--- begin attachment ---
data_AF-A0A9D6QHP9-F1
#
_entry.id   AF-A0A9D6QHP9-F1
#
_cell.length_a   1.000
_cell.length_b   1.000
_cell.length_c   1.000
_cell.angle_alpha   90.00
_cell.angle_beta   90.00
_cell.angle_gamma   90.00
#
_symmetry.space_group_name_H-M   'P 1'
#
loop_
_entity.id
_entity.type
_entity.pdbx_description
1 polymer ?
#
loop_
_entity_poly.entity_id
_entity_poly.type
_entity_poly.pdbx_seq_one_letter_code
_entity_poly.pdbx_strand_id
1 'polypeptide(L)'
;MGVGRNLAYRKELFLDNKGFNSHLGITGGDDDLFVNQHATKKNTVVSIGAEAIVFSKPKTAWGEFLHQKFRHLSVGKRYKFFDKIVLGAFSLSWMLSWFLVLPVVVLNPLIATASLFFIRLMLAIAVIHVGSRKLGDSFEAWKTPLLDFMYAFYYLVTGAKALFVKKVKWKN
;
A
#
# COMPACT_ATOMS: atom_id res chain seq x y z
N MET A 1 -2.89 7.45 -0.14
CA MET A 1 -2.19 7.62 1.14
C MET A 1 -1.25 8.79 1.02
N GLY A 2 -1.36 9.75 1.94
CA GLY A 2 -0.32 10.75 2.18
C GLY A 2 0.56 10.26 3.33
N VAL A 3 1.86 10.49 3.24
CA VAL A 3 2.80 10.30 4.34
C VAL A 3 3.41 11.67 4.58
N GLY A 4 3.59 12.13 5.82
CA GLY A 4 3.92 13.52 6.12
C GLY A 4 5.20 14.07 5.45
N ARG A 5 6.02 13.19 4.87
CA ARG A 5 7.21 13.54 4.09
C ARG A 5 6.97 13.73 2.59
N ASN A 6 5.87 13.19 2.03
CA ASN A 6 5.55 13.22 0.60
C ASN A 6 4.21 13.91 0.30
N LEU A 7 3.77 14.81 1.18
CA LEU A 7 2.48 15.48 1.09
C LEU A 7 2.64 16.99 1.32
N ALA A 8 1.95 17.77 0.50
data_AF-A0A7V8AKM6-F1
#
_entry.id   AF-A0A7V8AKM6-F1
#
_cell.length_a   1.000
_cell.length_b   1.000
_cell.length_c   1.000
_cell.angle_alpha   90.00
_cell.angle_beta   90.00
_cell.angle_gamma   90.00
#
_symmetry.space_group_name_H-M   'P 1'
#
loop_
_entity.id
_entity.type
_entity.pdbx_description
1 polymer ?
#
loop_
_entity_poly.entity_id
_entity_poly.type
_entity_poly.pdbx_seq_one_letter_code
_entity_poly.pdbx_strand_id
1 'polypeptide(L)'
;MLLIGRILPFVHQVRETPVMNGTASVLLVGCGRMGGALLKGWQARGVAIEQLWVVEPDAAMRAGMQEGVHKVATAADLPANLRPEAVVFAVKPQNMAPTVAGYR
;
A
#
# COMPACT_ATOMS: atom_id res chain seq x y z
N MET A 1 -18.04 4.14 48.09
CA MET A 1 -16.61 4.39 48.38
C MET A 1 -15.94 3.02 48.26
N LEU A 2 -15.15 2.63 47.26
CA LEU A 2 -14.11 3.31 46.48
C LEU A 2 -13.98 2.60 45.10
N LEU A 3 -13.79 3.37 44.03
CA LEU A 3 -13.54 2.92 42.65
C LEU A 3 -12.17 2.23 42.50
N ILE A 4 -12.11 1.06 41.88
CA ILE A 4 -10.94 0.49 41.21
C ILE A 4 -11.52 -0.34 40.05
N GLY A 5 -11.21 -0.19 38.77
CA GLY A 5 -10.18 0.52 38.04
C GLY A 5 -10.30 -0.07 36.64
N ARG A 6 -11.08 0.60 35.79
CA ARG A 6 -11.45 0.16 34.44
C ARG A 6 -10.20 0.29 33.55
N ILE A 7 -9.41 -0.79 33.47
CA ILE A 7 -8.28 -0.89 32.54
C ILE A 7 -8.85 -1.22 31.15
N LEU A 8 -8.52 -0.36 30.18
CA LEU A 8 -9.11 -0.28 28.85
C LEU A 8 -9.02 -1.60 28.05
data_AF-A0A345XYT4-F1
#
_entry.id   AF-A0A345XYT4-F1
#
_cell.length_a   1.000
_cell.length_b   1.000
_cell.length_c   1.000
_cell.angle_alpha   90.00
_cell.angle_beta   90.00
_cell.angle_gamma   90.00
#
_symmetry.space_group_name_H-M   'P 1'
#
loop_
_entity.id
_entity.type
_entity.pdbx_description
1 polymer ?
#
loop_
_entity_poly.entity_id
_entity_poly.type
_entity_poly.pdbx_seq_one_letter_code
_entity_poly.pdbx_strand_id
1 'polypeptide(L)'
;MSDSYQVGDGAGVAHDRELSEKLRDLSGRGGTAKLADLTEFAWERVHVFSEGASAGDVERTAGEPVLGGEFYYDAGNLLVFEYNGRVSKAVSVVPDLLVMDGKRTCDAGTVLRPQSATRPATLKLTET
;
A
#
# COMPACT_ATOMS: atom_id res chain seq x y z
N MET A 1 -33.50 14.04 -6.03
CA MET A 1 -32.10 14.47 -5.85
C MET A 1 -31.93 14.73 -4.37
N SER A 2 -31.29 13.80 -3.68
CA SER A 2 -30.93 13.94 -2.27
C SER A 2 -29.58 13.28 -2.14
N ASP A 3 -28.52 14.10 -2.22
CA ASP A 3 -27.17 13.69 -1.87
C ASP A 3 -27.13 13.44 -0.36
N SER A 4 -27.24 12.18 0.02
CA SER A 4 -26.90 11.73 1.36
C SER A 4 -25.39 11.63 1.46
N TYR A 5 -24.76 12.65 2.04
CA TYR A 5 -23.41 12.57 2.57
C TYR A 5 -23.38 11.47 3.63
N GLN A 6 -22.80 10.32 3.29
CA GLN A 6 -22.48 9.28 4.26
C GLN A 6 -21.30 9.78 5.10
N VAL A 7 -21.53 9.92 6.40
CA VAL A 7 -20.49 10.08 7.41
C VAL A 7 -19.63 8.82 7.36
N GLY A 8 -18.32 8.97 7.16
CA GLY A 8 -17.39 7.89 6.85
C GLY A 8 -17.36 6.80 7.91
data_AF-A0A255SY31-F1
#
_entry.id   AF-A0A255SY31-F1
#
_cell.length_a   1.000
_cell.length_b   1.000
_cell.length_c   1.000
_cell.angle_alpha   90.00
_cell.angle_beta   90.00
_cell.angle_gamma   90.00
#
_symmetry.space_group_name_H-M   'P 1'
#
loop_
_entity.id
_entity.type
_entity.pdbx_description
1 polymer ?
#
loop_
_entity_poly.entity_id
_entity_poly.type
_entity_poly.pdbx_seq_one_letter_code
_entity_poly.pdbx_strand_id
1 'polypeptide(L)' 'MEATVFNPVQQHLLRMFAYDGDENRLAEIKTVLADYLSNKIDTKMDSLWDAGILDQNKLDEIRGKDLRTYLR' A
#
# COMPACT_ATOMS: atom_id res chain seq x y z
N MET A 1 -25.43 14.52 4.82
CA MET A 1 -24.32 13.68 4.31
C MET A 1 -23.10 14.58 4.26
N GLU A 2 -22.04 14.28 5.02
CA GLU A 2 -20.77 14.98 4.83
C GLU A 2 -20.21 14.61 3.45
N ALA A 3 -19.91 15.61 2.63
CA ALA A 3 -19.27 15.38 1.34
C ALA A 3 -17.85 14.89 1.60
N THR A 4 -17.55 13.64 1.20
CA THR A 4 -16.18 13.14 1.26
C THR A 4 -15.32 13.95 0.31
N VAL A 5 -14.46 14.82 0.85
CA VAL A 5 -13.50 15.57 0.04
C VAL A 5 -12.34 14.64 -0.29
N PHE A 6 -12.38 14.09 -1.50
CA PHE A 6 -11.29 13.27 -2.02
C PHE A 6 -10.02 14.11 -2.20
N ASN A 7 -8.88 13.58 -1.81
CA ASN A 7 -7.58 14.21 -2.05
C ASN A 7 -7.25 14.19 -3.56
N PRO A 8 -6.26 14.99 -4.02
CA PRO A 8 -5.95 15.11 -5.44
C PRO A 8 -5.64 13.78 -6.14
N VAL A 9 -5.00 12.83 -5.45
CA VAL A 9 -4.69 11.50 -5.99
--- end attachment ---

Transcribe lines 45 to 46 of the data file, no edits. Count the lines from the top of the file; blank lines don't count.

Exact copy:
C ARG A 5 6.97 13.73 2.59
N ASN A 6 5.87 13.19 2.03